Matt.

Collecting WWII and pre-war Air Corps items-Unit Histories,Uniforms,Medals and Groupings.

*Seeking Pre-WWII Air Corps Officers and Enlisted Dress Uniform items!*

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I totally agree with m.rimmer.If somebody asked me 'what is this worth?' I would tell them and if I was interested in the item I would make a fair offer, as I have done before.When I said above that my brother and I sold the helmet it was almost 20 yrs later.We never knew what it was or what it was even worth for all those years.

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years back,probably the mid 90s,my wife went outside to make the rounds at a local mkt we set up at.i was out earlier and found nothing,she came in all exited and told me there is a german helmet outside and gave me a location.thinking it was the stripped and repainted west german helmet i had seen earlier i was in no hurry to go look.about 2 hours went by and i said i'm going out for another look,she told me again about the helmet that was in the back of a truck bed.i went out to the spot she told me and found an m35 helmet with liner and strap with a rad decal on the side,calmly i asked the price,75.00 i still cannot see how that sat there all that time.turns out it was his deceased uncles stuff and over the weeks to come i got a pretty nice group of stuff from him,11th armored vet.......dave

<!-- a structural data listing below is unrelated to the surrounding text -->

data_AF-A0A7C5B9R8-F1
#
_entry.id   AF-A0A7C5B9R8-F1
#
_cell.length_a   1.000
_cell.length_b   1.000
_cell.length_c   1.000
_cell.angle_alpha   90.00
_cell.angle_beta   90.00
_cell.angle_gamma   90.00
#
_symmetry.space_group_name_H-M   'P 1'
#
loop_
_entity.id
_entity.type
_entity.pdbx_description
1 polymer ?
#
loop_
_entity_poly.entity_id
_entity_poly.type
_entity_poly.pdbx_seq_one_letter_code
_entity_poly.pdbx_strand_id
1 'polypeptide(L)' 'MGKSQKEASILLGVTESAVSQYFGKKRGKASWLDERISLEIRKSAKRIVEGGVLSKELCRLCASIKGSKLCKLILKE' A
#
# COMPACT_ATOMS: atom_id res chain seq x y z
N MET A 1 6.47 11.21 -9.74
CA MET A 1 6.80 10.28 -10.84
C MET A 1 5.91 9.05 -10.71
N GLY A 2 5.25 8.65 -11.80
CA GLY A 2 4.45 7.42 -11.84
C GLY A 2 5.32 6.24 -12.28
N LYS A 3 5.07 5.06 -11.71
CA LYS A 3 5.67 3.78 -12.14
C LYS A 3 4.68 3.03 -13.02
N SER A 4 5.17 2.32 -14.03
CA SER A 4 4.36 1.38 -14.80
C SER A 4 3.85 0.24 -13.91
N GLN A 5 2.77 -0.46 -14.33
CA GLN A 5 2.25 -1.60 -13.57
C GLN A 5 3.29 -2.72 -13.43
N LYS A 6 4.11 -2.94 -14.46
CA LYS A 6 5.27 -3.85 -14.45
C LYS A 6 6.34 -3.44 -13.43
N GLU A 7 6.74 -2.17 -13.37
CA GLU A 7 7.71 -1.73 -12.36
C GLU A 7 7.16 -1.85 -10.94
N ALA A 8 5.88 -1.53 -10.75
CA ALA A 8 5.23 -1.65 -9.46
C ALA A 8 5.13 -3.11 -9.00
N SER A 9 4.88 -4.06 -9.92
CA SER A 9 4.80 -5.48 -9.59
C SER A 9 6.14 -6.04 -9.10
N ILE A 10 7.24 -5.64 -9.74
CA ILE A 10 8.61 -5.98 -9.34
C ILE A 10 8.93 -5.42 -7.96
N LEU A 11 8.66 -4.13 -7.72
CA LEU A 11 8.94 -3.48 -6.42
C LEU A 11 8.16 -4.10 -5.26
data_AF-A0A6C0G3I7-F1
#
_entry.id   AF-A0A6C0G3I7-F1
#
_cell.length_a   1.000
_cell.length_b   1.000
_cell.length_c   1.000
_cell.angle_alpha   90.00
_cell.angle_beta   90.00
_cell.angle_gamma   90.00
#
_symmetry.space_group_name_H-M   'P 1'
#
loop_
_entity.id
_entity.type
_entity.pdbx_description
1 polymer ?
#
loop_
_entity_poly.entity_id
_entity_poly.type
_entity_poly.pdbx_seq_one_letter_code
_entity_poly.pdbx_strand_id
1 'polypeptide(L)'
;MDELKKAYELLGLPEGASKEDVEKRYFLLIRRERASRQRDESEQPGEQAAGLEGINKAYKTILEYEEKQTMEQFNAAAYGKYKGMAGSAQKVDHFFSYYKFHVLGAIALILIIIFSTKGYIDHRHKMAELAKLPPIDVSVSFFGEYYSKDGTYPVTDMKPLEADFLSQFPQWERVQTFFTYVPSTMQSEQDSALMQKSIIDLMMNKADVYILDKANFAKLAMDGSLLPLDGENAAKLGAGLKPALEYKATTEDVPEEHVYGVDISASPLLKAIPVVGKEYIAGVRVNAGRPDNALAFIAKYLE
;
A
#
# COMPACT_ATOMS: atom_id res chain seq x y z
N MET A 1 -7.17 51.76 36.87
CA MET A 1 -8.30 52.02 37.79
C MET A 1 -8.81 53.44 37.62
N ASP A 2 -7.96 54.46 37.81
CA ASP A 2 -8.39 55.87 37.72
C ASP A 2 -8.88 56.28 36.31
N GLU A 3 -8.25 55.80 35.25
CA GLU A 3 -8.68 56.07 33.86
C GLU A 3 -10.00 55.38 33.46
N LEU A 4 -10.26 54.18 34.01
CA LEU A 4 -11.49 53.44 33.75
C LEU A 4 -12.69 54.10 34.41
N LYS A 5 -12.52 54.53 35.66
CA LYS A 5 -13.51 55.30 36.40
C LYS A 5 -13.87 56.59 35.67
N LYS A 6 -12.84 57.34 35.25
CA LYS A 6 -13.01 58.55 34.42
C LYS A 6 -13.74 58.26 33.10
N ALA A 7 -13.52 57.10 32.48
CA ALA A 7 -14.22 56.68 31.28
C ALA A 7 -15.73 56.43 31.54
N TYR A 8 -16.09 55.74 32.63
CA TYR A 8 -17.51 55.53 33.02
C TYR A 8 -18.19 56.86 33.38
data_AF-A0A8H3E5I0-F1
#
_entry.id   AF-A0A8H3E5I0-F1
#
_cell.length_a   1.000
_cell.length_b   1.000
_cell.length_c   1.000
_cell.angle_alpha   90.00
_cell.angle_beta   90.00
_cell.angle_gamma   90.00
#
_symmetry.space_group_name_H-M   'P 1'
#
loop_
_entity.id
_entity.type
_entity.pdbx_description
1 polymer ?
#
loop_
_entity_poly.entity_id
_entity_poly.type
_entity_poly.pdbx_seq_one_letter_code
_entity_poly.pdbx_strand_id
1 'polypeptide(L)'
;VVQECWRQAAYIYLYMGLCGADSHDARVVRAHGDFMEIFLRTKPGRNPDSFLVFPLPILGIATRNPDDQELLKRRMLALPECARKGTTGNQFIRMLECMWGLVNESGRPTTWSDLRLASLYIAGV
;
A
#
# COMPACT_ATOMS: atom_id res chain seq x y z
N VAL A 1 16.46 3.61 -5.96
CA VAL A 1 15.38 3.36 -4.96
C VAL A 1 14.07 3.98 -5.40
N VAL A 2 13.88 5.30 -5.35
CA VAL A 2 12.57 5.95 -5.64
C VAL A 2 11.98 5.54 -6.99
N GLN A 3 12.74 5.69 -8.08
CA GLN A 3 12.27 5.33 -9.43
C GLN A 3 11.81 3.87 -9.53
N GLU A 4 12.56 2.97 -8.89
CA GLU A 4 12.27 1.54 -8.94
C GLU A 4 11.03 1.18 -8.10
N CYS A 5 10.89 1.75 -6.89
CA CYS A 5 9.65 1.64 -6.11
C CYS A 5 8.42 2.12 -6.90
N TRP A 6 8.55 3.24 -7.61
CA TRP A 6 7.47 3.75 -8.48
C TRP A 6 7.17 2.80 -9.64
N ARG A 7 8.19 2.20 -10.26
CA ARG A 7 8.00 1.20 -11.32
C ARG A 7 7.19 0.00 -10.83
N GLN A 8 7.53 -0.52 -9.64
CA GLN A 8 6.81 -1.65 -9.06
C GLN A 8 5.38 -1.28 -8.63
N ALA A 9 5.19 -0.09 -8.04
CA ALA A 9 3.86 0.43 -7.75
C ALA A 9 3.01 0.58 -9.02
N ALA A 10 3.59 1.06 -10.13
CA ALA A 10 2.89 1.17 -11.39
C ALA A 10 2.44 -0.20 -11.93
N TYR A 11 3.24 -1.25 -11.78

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In my opinion, it depends on the situation. At flea markets, antique fairs/shops and the internet, ANYTHING goes. If they have a $2500 item priced for $25 - that's my gain. On the other hand, if it is a face-to-face transaction with a person "off the street", I feel that honesty can work to your advantage. By offering a conservative estimate, and explaining that as an investor you cannot pay top retail value, you can usually buy it for a song anyway. It's all in how you handle the situation, and how good you are at negotiating.

In memory of Lance Corporal Jeremy S. Lasher, 2nd Battalion, 8th Marine Regiment, 2nd Marine Division, II Marine Expeditionary Force. Killed in Action July 23, 2009, Helmand Province, Afghanistan. Semper Fi

Lance Corporal's 2/8 challenge coin was STOLEN from his grave. Please see the following forum link for details: http://www.usmilitariaforum.com/forums/index.php?/topic/210650-challenge-coin-stolen-from-marine-kia-grave/&do=findComment&comment=1654270

 



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I probably could have said $20 and she would have been happy but I didn't want to be struck by lightning or hit by a truck later in the day.

Jon.

Jon, you're a God fearing man and I salute you !

"One law for them, another one for us !"